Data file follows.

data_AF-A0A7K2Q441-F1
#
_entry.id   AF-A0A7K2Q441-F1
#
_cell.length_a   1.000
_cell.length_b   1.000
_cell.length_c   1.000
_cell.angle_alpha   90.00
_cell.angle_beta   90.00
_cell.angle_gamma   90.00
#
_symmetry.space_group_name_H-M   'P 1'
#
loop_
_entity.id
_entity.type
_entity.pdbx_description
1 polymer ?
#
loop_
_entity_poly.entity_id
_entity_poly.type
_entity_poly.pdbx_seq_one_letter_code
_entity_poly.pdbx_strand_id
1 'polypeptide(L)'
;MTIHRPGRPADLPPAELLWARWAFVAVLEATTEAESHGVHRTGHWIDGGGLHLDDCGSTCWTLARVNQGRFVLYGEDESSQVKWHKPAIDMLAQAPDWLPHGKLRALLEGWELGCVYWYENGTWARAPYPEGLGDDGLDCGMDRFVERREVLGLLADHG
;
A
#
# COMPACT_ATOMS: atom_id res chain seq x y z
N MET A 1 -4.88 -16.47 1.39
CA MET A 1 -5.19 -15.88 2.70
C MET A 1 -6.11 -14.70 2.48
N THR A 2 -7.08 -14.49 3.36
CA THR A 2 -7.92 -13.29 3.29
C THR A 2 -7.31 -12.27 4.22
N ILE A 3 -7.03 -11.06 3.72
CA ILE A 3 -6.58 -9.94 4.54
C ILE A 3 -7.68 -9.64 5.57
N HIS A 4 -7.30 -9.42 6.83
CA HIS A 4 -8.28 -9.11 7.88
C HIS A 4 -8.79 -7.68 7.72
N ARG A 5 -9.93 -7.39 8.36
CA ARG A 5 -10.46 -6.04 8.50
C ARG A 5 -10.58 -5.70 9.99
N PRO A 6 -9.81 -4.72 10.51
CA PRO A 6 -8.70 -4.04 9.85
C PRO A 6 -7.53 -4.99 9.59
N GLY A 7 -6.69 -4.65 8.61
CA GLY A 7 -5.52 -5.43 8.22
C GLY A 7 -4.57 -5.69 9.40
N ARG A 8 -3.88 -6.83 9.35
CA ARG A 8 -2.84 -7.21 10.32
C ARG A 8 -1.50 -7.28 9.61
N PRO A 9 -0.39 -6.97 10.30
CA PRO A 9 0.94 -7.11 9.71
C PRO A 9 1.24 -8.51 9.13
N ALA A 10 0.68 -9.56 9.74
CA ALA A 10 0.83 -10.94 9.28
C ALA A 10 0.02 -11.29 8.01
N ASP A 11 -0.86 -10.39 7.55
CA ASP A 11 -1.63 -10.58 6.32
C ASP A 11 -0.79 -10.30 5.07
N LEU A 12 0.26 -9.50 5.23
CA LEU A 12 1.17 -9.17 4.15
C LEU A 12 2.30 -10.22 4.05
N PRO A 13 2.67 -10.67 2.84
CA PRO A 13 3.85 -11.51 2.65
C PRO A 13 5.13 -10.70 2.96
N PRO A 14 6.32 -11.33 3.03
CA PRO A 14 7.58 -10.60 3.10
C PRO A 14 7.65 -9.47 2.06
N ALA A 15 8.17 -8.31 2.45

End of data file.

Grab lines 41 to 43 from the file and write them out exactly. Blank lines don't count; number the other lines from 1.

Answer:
CA HIS A 4 -8.28 -9.11 7.88
C HIS A 4 -8.79 -7.68 7.72
N ARG A 5 -9.93 -7.39 8.36